Beautiful shorelines in New Jersey from Atlantic City to Long Island, Connecticut, and Rhode Island, now under water, and covered with debris, will be unveiled in new realizations as the tides pull back.
Today, after the sun rises, many of us will venture out of our shelters to survey the landscape, if we can, to see if and how it has been changed by Hurricane Sandy, which, as a natural disaster, will break records in terms of economic and physical impacts.
Last night, when the power failed, my husband and I hunkered down with a big battery-operated lamp and one flashlight each to read newspapers (good backup plan since we could not then be reading news online since our power had failed).
An OpEd in The New York Times, "Science Is the Key to Growth," by Dr. Neal Lane, a former Director of the National Science Foundation (NSF) and the Chief Science and Technology Adviser to President Bill Clinton, caught my eye. In his thought-provoking OpEd, Lane writes:
Scientific knowledge and new technologies are the building blocks for longterm economic growth -- "the key to a 21st century economy," as President Obama said in the final debate.
He goes on to emphasize that the private sector can't do it alone and although companies translate our scientific discoveries into products federal investment in R&D, especially in basic research, is critical to their success -- just think of Google, for example, which he notes was started by two former grad students, whose names are now known by everyone using a computer, who were on NSF graduate fellowships!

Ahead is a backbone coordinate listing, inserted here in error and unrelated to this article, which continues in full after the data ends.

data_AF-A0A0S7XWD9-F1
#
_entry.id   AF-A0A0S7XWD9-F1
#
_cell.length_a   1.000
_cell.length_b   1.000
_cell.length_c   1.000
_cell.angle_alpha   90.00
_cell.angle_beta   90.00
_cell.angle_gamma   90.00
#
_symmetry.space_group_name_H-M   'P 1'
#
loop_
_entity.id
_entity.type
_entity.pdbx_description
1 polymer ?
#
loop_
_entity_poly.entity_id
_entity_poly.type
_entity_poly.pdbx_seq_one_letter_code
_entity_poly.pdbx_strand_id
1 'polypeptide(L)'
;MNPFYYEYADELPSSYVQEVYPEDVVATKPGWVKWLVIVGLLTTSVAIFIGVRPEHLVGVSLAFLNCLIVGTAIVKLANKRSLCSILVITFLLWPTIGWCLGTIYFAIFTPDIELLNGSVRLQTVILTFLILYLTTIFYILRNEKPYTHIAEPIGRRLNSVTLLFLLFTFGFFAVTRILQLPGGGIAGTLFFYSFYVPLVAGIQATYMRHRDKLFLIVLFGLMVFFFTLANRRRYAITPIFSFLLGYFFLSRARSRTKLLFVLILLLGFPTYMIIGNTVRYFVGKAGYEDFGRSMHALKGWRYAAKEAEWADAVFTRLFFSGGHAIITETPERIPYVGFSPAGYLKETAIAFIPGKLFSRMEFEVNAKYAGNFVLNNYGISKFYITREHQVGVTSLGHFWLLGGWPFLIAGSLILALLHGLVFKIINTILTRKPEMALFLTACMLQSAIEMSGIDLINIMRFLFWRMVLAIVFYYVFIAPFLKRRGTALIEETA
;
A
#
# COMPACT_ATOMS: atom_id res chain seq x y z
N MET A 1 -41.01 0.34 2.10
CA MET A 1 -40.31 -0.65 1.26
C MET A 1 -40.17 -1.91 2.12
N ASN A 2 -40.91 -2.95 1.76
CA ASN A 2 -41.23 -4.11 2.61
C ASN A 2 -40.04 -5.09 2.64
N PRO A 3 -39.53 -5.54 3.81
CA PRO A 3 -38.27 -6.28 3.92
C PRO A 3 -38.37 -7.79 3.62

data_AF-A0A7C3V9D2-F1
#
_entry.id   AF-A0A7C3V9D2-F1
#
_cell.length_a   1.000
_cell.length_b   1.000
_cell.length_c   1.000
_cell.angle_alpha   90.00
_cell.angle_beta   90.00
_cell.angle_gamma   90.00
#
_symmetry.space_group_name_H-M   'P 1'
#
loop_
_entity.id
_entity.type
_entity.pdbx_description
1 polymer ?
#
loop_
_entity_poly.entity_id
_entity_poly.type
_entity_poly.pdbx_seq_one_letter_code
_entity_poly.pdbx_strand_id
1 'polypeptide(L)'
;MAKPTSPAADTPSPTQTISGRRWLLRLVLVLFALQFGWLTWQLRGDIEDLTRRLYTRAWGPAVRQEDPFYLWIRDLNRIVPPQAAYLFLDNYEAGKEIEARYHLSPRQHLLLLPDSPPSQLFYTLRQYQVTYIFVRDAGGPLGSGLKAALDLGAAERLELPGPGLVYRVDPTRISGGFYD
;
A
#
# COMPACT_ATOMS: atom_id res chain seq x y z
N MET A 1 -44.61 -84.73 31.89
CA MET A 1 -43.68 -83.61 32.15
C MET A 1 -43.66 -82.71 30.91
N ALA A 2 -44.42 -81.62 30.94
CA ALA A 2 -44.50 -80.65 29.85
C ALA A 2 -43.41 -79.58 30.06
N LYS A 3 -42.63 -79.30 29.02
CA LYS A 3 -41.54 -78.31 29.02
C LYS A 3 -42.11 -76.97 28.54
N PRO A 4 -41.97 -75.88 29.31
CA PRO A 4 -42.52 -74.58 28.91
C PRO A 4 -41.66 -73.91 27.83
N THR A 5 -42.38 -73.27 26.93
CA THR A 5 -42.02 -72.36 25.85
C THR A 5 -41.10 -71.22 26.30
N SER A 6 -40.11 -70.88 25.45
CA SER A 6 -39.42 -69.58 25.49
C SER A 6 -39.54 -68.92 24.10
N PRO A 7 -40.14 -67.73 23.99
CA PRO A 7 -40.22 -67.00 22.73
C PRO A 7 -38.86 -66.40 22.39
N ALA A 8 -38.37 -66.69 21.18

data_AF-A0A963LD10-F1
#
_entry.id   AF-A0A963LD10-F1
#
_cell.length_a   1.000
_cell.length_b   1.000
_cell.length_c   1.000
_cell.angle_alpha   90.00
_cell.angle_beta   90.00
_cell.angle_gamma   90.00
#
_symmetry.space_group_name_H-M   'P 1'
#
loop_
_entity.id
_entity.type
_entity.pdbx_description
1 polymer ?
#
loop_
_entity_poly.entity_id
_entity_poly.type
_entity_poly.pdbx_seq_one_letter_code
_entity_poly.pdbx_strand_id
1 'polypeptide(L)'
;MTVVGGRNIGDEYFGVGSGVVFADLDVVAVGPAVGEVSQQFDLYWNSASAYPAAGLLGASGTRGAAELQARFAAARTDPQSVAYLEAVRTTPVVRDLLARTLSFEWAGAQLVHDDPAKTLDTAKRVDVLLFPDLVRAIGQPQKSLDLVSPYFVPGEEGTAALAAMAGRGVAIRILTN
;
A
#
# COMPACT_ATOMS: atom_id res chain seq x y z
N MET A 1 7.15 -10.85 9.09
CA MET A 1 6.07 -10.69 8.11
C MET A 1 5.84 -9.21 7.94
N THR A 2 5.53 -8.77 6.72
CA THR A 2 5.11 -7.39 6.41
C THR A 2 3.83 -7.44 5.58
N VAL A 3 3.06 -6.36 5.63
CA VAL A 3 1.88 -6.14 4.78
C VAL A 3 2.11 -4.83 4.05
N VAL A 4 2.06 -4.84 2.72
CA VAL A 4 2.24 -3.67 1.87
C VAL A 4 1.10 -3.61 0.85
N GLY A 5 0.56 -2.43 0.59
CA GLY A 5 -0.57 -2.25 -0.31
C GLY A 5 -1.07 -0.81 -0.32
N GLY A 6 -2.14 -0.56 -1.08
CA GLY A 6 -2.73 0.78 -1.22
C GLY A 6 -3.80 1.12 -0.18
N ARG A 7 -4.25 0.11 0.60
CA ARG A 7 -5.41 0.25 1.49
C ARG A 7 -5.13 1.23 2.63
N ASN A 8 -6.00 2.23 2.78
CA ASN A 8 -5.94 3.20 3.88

Investments in science create jobs in entirely new industries and we deserve and need to be again "a land of rewarding jobs." As Dr. Lane eloquently concludes: "we need to understand the basic investment principle in America's future: no science, no growth."
The electric power in our home was restored at 4AM and I hopped out of bed to get back to work.
Without science, there would be no weather forecasting -- there would be no modern healthcare -- there would be no well-thought out and executed evacuation plans -- and the same holds for recovery and reconstruction efforts.
The disasters of last year as well as the research that we had done for our Fragile Networks book motivated me to prepare a new course, Humanitarian Logistics and Healthcare, in which the students learned about crisis management and disaster relief and one of the student team projects was on the evacuation of a hospital. This year, although I am on sabbatical, I have been invited to teach a condensed version of the course at the Vienna University of Economics and Business, where a former doctoral student of mine, Dr. Tina Wakolbinger, who received a PhD from the Isenberg School of Management, with a concentration in Management Science, is now a Full Professor. I will have an immense amount of material to cover and will definitely include topics about Hurricane Sandy.
Science uncovers frontiers and it also helps us to undetsand what makes for resiliency and how to prepare for emergencies and crises.
As I have written before, why can't the US be more like Sweden, where I spend a lot of time as a Visiting Professor and which Dr. Lane also singled out, along with Israel, Japan, and South Korea in terms of investments in national research and development.
Thank you, Dr. Neal Lane, for speaking out!